Count Basie introduces Jimmy Forrest as “my man” in this rare footage of the saxophonist from a 1974 concert filmed in Poland. Basie said he had a weakness for tenor players, and he hailed Forrest as “the greatest unknown tenor player around.” Today is the St Louis native’s 97th birthday anniversary. He spent a few years with Basie in the mid-seventies, and was generally paired with Eric Dixon in the Basie tradition of two tenors. But on “Body and Soul” and “Night Train,” it’s all Forrest playing in the powerhouse style that made him a favorite of Sonny Liston and a fabulous exponent of the tenor lineage associated with two other Missourians, Coleman Hawkins and Ben Webster.
It used to bug me that Forrest, who worked briefly with Duke Ellington in 1948, copped Duke’s locomotive theme, “Happy-Go-Lucky Local,” and turned it into “Night Train,” a sultry, stop-time favorite of both strippers and bar-walking tenor players. But once I let go and gave him a good listen, I stopped resisting his soulful, robust tenor playing. The same was not true for Ellington, who displayed a rare fit of pique over “Night Train” in The World of Duke Ellington. In a passage about rock’n’roll, which Duke describes as a “brand name” that has no “musical mark of identification [besides] two or three little devices,” Stanley Dance asks if he’s “worried” that rock’n’roll players “may take some of your material?” Duke says, “They [took something] with “Night Train.” They took “Happy-Go-Lucky Local.” It hurts and its offensive. You threaten to sue and you postpone until it’s too late, and then you get real mad. You do nothing but spoil your disposition.”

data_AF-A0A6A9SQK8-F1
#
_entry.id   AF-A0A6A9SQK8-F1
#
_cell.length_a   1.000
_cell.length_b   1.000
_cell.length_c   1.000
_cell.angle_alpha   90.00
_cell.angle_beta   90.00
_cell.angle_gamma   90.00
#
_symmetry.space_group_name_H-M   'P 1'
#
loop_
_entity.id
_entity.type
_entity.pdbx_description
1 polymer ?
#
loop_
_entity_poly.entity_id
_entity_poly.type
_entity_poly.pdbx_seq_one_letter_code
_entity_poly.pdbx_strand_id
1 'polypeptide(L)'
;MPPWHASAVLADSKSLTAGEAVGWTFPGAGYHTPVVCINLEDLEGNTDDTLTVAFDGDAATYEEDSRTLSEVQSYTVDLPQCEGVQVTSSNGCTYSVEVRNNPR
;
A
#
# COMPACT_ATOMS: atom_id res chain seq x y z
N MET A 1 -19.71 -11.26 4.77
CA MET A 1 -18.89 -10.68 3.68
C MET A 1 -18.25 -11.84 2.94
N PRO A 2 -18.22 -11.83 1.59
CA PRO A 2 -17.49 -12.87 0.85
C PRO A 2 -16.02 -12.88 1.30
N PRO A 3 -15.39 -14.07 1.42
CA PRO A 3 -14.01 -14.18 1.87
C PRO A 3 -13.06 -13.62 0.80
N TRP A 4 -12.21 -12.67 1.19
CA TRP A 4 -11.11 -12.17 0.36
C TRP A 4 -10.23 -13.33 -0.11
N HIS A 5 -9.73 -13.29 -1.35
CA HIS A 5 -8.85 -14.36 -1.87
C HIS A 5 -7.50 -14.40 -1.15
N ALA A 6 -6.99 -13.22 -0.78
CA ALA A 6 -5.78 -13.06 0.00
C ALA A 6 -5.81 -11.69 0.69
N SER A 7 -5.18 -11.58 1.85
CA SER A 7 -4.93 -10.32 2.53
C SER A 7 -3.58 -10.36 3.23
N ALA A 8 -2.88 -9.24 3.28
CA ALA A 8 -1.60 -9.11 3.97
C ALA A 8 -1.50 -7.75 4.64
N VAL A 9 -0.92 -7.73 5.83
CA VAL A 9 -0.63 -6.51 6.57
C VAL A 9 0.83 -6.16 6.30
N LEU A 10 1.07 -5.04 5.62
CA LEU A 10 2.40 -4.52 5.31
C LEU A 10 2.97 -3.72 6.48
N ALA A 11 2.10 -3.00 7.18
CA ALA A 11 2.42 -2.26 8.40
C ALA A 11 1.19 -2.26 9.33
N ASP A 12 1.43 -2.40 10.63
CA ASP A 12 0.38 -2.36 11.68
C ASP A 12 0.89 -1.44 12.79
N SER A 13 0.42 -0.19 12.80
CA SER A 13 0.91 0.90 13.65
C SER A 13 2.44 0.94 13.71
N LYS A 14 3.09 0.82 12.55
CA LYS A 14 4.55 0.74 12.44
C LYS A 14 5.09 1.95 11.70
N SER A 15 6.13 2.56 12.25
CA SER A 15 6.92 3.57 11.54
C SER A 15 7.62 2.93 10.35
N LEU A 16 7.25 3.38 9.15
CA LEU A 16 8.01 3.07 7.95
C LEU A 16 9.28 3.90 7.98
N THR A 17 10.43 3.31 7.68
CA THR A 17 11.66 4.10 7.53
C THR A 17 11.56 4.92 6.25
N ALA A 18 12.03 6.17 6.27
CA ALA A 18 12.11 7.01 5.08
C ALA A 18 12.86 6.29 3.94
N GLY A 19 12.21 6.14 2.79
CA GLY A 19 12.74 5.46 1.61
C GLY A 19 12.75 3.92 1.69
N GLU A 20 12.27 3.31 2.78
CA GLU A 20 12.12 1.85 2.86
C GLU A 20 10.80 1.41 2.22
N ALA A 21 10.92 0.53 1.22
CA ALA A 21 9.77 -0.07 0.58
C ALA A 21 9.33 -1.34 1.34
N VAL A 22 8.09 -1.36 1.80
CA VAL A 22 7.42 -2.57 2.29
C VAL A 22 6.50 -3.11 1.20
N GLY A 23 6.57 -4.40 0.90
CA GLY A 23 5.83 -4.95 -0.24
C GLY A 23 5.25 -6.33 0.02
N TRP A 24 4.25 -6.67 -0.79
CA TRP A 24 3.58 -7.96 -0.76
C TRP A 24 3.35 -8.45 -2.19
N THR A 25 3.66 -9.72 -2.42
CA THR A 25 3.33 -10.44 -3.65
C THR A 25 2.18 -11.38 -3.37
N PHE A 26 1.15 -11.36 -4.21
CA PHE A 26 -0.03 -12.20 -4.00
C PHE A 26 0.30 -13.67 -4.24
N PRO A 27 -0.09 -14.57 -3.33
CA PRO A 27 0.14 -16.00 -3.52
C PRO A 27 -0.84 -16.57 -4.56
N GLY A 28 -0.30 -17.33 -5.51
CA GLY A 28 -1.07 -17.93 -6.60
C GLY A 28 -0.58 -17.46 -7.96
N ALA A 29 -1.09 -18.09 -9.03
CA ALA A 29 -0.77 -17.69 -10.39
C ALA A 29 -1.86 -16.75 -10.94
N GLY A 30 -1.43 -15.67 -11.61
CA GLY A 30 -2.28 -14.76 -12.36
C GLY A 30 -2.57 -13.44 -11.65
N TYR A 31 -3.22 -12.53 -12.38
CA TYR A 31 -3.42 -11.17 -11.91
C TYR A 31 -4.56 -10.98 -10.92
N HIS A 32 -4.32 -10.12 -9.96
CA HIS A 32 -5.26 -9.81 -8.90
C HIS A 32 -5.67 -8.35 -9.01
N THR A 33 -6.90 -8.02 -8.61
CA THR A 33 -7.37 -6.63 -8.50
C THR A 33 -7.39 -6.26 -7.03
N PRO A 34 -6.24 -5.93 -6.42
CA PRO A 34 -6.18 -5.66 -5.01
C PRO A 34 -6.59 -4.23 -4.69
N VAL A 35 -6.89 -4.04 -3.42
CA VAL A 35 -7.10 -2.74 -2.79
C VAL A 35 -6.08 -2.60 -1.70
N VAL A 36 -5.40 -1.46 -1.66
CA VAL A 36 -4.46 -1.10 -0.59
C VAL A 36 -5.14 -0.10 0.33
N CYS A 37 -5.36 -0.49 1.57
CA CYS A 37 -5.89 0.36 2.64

The interview with Dance took place in 1963, by which time “Night Train” had been covered by Buddy Morrow, Rusty Bryant, Louis Prima, Chet Atkins, Oscar Peterson, and James Brown, all of which underscores the adaptability of blues-based riffs in American popular music. A prominent riff in “Happy-Go-Lucky Local” was first sounded on “That’s the Blues, Old Man,” which was recorded in 1941 by a Johnny Hodges-led group of Ellingtonians that included Duke.
“Happy-Go-Lucky Local” was formally introduced as the fourth and final movement of Ellington’s Deep South Suite, which was premiered at Carnegie Hall in 1946. Here it’s played in Paris in 1963.
Forrest recorded “Night Train” in 1951 for United Records in Chicago. Its success earned him numerous footnotes in r&b and rock’n’roll history including his presence on a bill that Alan Freed presented in Cleveland in March 1952, only days after “Night Train” began climbing the r&b chart. In The Rise and Fall of Popular Music, Donald Clarke writes, “After years as a classical and record request deejay, Freed began playing r&b at the suggestion of a record-shop owner who saw the white kids buying the records. In March 1952, a dance at the Cleveland Arena offered Charles Brown, the Dominoes with Clyde McPhatter, the Orioles, the Moonglows, and the jump bands of Tiny Grimes and Jimmy Forrest. Seventeen thousands fans of Freed’s Rock’n’Roll House Party radio show bought tickets. Unfortunately, the arena held only ten thousand people, and Freed almost went to jail after the resulting melee.” Of course, rather than jail, Freed recognized a good thing and moved on to WINS in New York where he rode a tidal wave of popularity as the man who coined the brand name rock’n’roll.
Unlike Freed, footage of the Jimmy Forrest is rare, and the best examples are “Body and Soul” and this performance of “Night Train,” also with Basie. Its blurry quality does nothing to diminish the power of Forrest’s blowing, Butch Miles’s drumming, and the dynamics of the band. Just ask the Count, who smiles and nods his head in time with the tune’s infectious riff before he’s heard proclaiming Forrest one of the greatest. The association didn’t last long, but the pairing of the tenor man and the Basie band was a late-career highlight for both. This was filmed in Kansas City in 1977 as part of the documentary “The Last of the Blue Devils.” Forrest died three years later at 60, Basie in 1984 at 79.